We want to highlight several points that have been made repeatedly in various public submissions and testimonies given earlier in this action. All support not increasing the current 25 percent additional duty on certain wines and distilled spirits and not expanding the beverage alcohol products subject to additional duties. Rather, NABI requests that all beverage alcohol products be removed from the additional duty consideration in this action. At a minimum, the current additional duties on wines and distilled spirits should be reduced to 10 percent for parity of impact on the importer with the 10 percent additional duty on large civil aircraft.
Importers are businesses operating locally and providing jobs in their communities that indirectly support other jobs. The beverage alcohol distribution system creates many jobs from the imported products so a large portion of the retail value is generated here in the United States and not with the foreign supplier so local communities benefit from these jobs. These jobs include shippers, truckers, warehouse workers, bookkeepers and accountants, sales representatives, customs brokers, managers and others in the hospitality industry, just to name a few, that are put at risk by these additional duties currently in place and any expansion of the alcohol beverages subject to additional duties, or an increase in the rate of the additional duties. Many are solid middle-class family jobs.
As clearly evident from the testimonies at the public hearing on the Acton Pursuant 10 Section 301: France 's Digital Services Tax (Docket No, USTR-2019-009)9 there are small and medium sized import businesses that have cancelled new hiring, laid off employees and are facing potential shut-downs as a result of the current 25 percent additional duty on wines. Their stories are stories of real people facing job losses and business collapse.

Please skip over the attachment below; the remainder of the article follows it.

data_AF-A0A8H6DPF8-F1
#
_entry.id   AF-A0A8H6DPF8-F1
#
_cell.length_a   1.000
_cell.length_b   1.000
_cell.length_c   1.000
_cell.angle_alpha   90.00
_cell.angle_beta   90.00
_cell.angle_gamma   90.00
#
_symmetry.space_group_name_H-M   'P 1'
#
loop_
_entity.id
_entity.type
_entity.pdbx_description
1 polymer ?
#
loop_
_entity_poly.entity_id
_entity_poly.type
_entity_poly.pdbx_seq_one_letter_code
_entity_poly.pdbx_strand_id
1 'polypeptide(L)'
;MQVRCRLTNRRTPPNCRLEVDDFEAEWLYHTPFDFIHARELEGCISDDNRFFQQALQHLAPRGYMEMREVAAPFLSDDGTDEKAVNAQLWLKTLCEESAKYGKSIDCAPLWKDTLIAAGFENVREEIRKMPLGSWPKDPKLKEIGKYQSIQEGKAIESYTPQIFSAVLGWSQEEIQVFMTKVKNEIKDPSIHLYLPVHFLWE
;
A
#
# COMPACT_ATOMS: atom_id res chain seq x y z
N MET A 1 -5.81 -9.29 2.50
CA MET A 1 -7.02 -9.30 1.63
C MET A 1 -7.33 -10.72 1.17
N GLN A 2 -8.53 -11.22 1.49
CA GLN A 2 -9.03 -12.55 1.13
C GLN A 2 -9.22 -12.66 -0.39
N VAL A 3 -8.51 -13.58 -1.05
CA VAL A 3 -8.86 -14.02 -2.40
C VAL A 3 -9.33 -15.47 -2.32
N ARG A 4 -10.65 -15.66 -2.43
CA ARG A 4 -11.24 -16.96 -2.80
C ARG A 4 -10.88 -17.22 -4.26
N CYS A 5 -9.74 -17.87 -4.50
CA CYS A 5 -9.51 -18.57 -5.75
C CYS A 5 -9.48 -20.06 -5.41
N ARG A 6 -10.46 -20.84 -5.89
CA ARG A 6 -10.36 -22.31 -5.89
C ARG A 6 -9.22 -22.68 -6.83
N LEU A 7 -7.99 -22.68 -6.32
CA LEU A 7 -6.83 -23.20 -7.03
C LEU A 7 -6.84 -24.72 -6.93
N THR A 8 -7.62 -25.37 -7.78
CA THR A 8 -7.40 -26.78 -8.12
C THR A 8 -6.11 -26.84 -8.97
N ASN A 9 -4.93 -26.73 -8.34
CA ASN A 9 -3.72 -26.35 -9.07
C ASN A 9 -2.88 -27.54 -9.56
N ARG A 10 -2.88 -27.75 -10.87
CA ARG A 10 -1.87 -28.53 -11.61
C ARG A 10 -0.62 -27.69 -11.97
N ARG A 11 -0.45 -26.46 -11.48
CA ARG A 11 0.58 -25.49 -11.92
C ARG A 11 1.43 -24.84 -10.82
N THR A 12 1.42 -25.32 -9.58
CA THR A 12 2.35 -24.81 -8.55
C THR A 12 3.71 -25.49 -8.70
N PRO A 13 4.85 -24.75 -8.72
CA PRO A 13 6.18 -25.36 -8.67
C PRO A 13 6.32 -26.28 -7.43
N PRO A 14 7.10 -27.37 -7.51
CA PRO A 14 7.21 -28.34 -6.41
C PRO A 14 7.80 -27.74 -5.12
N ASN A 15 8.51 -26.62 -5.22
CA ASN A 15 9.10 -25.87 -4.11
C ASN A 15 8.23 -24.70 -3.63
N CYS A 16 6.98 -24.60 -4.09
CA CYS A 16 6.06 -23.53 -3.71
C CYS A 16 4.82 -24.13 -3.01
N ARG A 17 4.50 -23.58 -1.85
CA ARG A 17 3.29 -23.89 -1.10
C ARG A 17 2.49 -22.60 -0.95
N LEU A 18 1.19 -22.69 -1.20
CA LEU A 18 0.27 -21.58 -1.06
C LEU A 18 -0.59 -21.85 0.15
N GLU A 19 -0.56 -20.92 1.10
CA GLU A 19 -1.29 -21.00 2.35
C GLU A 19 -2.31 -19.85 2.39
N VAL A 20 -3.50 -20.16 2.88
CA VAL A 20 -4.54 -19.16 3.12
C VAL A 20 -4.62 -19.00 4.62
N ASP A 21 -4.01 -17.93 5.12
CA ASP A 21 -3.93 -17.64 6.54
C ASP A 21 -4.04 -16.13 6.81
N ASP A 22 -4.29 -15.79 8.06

Importers are working with their foreign suppliers and distributors in the United States in an effort to share the cost of the additional duties but the results have been mixed with no long-term solution. The importer is squeezed here between independent businesses and is the entity that must bear the financial burden of the additional duty at the time of the consumption entry into the United States.
Importers of all sizes face increased costs not only from the additional duties but due to the increased cost from financial institutions backing the upfront costs of the import shipments and the increased costs of larger customs bond coverage.
Additional duties of 25 percent are not sustainable for many importers whose brand portfolio are primarily ones covered by the current additional duties. If raised to 100 percent there would be widespread closures. The Government should not be picking winners and losers in the domestic marketplace by these additional duties.
In the case of premium wines with limited allocations, some importers are facing foreign producers who are shifting those allocations to countries in Asia and elsewhere to avoid the uncertainty of the United States market. These are hurting business relationship that took many years, if not decades, to develop.